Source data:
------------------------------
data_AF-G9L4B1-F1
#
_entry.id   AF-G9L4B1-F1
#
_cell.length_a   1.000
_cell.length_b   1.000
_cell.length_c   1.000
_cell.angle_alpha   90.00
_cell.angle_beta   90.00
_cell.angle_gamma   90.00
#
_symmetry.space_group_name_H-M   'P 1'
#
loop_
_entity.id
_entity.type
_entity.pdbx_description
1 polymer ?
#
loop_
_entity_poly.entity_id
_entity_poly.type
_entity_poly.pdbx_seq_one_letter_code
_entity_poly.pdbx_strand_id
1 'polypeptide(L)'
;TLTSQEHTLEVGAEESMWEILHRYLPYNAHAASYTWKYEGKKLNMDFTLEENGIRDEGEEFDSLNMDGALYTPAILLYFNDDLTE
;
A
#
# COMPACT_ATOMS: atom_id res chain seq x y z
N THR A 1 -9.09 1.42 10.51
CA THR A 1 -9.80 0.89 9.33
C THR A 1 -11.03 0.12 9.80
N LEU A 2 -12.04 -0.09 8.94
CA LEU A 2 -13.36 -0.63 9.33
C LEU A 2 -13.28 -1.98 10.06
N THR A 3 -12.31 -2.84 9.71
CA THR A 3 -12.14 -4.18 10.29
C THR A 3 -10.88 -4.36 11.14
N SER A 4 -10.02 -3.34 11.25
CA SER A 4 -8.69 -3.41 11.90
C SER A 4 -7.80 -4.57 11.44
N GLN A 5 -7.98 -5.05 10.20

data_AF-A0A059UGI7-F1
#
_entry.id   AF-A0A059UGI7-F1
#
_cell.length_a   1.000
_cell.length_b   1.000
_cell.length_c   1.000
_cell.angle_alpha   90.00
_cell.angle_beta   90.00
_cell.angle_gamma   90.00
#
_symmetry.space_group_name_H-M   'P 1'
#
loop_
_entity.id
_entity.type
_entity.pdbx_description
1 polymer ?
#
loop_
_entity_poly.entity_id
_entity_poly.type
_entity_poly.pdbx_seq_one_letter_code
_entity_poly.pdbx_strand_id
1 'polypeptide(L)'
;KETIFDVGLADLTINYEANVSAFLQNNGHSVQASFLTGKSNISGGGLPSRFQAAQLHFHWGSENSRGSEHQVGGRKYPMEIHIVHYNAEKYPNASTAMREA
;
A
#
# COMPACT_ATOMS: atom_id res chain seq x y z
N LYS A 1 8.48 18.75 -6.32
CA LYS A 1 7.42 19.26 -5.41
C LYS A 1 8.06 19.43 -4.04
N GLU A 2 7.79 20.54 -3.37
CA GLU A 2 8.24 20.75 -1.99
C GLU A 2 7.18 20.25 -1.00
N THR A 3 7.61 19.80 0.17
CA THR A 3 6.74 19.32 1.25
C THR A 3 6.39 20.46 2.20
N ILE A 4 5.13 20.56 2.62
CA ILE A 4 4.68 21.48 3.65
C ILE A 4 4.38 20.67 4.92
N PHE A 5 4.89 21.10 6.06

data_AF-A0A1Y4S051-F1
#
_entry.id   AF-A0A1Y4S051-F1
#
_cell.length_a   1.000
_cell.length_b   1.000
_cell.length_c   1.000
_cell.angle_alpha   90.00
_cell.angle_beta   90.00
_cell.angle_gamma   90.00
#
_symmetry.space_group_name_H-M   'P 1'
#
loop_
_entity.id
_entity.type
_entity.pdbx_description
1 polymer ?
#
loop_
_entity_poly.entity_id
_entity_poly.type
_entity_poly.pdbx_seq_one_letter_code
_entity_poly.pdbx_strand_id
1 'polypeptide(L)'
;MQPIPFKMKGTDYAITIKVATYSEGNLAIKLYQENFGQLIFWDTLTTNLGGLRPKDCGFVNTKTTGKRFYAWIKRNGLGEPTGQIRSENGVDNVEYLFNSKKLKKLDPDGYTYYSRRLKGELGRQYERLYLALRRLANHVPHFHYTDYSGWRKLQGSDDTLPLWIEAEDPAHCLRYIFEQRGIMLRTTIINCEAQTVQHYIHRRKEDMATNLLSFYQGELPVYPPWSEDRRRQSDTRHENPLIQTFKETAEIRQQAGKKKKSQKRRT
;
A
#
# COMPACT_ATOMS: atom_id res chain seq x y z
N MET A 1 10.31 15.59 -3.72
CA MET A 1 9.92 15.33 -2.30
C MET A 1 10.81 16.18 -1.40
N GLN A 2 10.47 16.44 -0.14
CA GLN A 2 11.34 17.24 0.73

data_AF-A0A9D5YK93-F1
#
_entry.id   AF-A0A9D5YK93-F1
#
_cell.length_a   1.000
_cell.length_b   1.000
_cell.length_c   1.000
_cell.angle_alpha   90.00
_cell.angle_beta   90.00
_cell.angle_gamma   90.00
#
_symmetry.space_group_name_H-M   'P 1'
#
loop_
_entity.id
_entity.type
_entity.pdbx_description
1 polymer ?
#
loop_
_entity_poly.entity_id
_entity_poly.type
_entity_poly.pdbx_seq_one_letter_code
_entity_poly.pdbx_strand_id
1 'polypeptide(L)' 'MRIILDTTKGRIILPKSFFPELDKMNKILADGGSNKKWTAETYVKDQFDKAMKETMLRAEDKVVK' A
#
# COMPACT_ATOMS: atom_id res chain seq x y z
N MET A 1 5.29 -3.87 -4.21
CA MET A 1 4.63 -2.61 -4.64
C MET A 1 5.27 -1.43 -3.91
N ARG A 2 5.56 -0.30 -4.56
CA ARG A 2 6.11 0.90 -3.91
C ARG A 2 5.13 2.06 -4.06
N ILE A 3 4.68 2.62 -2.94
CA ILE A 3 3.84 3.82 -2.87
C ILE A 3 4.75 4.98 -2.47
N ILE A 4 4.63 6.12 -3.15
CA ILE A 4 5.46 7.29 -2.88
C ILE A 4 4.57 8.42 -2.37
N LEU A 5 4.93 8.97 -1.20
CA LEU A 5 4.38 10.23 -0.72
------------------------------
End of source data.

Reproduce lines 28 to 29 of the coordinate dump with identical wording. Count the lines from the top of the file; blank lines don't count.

A
#